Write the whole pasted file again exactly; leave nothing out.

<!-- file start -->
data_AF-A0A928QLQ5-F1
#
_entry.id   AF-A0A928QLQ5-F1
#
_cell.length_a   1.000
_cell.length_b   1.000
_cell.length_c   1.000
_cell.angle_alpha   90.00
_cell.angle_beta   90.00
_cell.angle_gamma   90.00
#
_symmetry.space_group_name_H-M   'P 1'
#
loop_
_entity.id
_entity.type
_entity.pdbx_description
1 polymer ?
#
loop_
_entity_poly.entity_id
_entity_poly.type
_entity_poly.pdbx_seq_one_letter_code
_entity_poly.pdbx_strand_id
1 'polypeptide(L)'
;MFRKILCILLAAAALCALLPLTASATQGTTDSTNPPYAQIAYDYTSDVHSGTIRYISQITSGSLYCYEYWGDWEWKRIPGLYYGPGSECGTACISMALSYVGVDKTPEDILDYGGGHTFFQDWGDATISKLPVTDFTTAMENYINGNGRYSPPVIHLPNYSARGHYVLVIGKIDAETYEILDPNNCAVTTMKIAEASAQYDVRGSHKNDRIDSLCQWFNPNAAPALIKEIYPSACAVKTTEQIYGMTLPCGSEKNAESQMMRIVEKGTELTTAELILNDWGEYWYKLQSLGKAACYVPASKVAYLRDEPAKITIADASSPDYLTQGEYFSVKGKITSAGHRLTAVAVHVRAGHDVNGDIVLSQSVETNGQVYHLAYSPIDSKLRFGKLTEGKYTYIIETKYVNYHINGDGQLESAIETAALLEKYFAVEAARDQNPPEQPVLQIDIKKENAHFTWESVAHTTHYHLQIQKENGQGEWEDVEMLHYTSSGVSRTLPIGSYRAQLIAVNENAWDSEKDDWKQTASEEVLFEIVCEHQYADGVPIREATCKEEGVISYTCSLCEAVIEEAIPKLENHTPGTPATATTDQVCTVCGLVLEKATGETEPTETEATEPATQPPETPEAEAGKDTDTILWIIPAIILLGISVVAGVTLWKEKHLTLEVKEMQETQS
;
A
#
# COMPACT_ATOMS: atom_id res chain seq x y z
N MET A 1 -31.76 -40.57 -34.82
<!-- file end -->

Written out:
data_AF-A0A928QLQ5-F1
#
_entry.id   AF-A0A928QLQ5-F1
#
_cell.length_a   1.000
_cell.length_b   1.000
_cell.length_c   1.000
_cell.angle_alpha   90.00
_cell.angle_beta   90.00
_cell.angle_gamma   90.00
#
_symmetry.space_group_name_H-M   'P 1'
#
loop_
_entity.id
_entity.type
_entity.pdbx_description
1 polymer ?
#
loop_
_entity_poly.entity_id
_entity_poly.type
_entity_poly.pdbx_seq_one_letter_code
_entity_poly.pdbx_strand_id
1 'polypeptide(L)'
;MFRKILCILLAAAALCALLPLTASATQGTTDSTNPPYAQIAYDYTSDVHSGTIRYISQITSGSLYCYEYWGDWEWKRIPGLYYGPGSECGTACISMALSYVGVDKTPEDILDYGGGHTFFQDWGDATISKLPVTDFTTAMENYINGNGRYSPPVIHLPNYSARGHYVLVIGKIDAETYEILDPNNCAVTTMKIAEASAQYDVRGSHKNDRIDSLCQWFNPNAAPALIKEIYPSACAVKTTEQIYGMTLPCGSEKNAESQMMRIVEKGTELTTAELILNDWGEYWYKLQSLGKAACYVPASKVAYLRDEPAKITIADASSPDYLTQGEYFSVKGKITSAGHRLTAVAVHVRAGHDVNGDIVLSQSVETNGQVYHLAYSPIDSKLRFGKLTEGKYTYIIETKYVNYHINGDGQLESAIETAALLEKYFAVEAARDQNPPEQPVLQIDIKKENAHFTWESVAHTTHYHLQIQKENGQGEWEDVEMLHYTSSGVSRTLPIGSYRAQLIAVNENAWDSEKDDWKQTASEEVLFEIVCEHQYADGVPIREATCKEEGVISYTCSLCEAVIEEAIPKLENHTPGTPATATTDQVCTVCGLVLEKATGETEPTETEATEPATQPPETPEAEAGKDTDTILWIIPAIILLGISVVAGVTLWKEKHLTLEVKEMQETQS
;
A
#
# COMPACT_ATOMS: atom_id res chain seq x y z
N MET A 1 -31.76 -40.57 -34.82